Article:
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FAQ - 5 July 2017

05 July 2017   (0 Comments)
Posted by: Author: SAIT Technical
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Author: SAIT Technical

1. Will SARS allow a deduction of excess contributions made to both RAF and pension funds be carried forward?

Q: The excess contributions were made before 1 March 2016. I have submitted a 2017 tax return and the contributions brought forward from the 2016 tax year have not been allowed as a retirement fund deduction (code 4029).

A: The principle is that the contributions must be captured on the return of income (the ITR12) in the year of assessment that they were made.  As defined in section 1(1) of the Income Tax Act, an "assessment" has the meaning assigned under section 1 of the Tax Administration Act, and includes a determination by the Commissioner … of any amounts to be taken into account in the determination of tax payable on income in future years.  This requires SARS to reflect the unclaimed amounts on the IT34 and confirms that it must be provided to SARS in order for them to do so. 

The amounts, not allowed in respect of the 2016 year of assessment (or in previous years) must be added to the current contributions, by SARS that is. 

In the example, you provided we can’t test the correct treatment of the amounts next to code 4006, but they appear to be incorrect (the 27,5% were not applied).  The same applies with respect to the amounts to be carried forward – it should not be R1 and it should then reflect to correct amount carried forward. 

SAIT received similar complaints from members and have referred the matter to SARS.   AS there is an assessment, and one that the taxpayer doesn’t agree with, we suggest that an objection is made (or at least a request for reasons).  It may well be an error made by SARS, but until we receive a response from SARS, we don't know how this will be corrected. 

The comment by SARS may also not be correct.  Section 11(k), after its amendment effective 1 March 2016, no longer refers to reinstatement contributions.  In our view, they are therefore seen as current contributions (for tax purposes) and should be added to the 2006 amount when the return is completed.  The fact that the fund treats it differently is not relevant.  The same applies to the old section 11(n), contributions in respect of past periods. 

2. How does SARS determine whether a disability is severe or moderate?

Q: The 2017 IT12 requests to know if a disability is 'moderate' or 'severe'. How does SARS except taxpayers to determine this without subjective judgement as to intention of medical practitioner?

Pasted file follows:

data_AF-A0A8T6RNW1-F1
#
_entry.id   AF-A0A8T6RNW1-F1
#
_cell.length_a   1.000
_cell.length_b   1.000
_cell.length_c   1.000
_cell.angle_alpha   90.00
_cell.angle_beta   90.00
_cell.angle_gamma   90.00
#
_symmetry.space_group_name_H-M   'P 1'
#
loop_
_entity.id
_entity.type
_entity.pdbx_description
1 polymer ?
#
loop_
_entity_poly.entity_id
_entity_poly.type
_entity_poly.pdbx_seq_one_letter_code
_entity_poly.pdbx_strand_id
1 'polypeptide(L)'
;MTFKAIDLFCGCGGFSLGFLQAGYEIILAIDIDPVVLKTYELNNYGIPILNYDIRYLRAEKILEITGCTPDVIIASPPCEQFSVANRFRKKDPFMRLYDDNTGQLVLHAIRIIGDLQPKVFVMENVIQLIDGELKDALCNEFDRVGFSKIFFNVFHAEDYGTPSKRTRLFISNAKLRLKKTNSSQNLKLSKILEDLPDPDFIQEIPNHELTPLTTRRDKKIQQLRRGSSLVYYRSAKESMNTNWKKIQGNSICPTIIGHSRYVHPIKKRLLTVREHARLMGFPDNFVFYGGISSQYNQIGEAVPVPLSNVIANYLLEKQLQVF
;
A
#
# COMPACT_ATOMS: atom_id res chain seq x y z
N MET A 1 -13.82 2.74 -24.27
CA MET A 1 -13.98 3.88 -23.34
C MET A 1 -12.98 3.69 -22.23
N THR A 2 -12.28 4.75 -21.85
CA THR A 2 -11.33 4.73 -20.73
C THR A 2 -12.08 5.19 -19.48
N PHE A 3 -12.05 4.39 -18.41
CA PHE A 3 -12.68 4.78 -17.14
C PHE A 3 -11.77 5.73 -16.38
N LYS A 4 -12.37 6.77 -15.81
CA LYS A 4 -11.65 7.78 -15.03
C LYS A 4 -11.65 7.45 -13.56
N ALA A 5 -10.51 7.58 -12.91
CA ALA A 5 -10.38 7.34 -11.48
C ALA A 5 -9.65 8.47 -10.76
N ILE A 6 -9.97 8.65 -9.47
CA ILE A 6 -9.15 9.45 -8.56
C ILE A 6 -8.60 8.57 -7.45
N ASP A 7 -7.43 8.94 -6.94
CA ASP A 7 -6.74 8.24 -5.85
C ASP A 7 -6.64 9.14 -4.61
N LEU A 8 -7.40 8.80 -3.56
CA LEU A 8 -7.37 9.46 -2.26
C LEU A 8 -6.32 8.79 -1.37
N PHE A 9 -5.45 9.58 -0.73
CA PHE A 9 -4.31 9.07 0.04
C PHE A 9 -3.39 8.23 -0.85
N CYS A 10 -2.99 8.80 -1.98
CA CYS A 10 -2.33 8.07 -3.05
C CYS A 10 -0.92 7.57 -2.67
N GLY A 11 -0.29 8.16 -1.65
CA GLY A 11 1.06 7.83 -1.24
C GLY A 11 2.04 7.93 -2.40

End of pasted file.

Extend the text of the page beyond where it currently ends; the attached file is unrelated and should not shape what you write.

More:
A: The Act refers to a “moderate to severe limitation of a person’s ability to function or perform daily activities as a result of a physical, sensory, communication, intellectual or mental impairment” and therefore doesn’t use the word mild.  The SARS Guide on the Determination of Medical Tax Credits (Issue 7) prescribes what the ‘moderate to severe’ would be for each diagnosis.  It is in Part C of the ITR-DD the registered medical practitioner where must –

  • indicate and describe if the functional limitations with respect to performing activities of daily living are regarded as either “mild” or “moderate to severe”;
  • indicate if the disability has lasted, or is expected to last for a continuous period of more than 12 months; and
  • sign the declaration. 

The Act refers to a “moderate to severe limitation of a person’s ability to function or perform daily activities as a result of a physical, sensory, communication, intellectual or mental impairment” and therefore doesn’t use the word mild.  The SARS Guide on the Determination of Medical Tax Credits (Issue 7) prescribes what the ‘moderate to severe’ would be for each diagnosis.  It is in Part C of the ITR-DD the registered medical practitioner where must –

  • indicate and describe if the functional limitations with respect to performing activities of daily living are regarded as either “mild” or “moderate to severe”;
  •  indicate if the disability has lasted, or is expected to last for a continuous period of more than 12 months; and
  • sign the declaration. 

The Act refers to a “moderate to severe limitation of a person’s ability to function or perform daily activities as a result of a physical, sensory, communication, intellectual or mental impairment” and therefore doesn’t use the word mild.  The SARS Guide on the Determination of Medical Tax Credits (Issue 7) prescribes what the ‘moderate to severe’ would be for each diagnosis.  It is in Part C of the ITR-DD the registered medical practitioner where must –

  • indicate and describe if the functional limitations with respect to performing activities of daily living are regarded as either “mild” or “moderate to severe”;
  •  indicate if the disability has lasted, or is expected to last for a continuous period of more than 12 months; and
  •  sign the declaration. 

We are not sure why the reference to 'mild' is included here.  Ultimately SARS and the taxpayer will have to rely on the medical practitioner. 

We submit that SARS requires an indication whether the limitation is a moderate to severe one.  We submit that SARS requires an indication whether the limitation is a moderate to severe one.  

Disclaimer: Nothing in this query and answer should be construed as constituting tax advice or a tax opinion. An expert should be consulted for advice based on the facts and circumstances of each transaction/case. Even though great care has been taken to ensure the accuracy of the answer, SAIT do not accept any responsibility for consequences of decisions taken based on this query and answer. It remains your own responsibility to consult the relevant primary resources when taking a decision.


 

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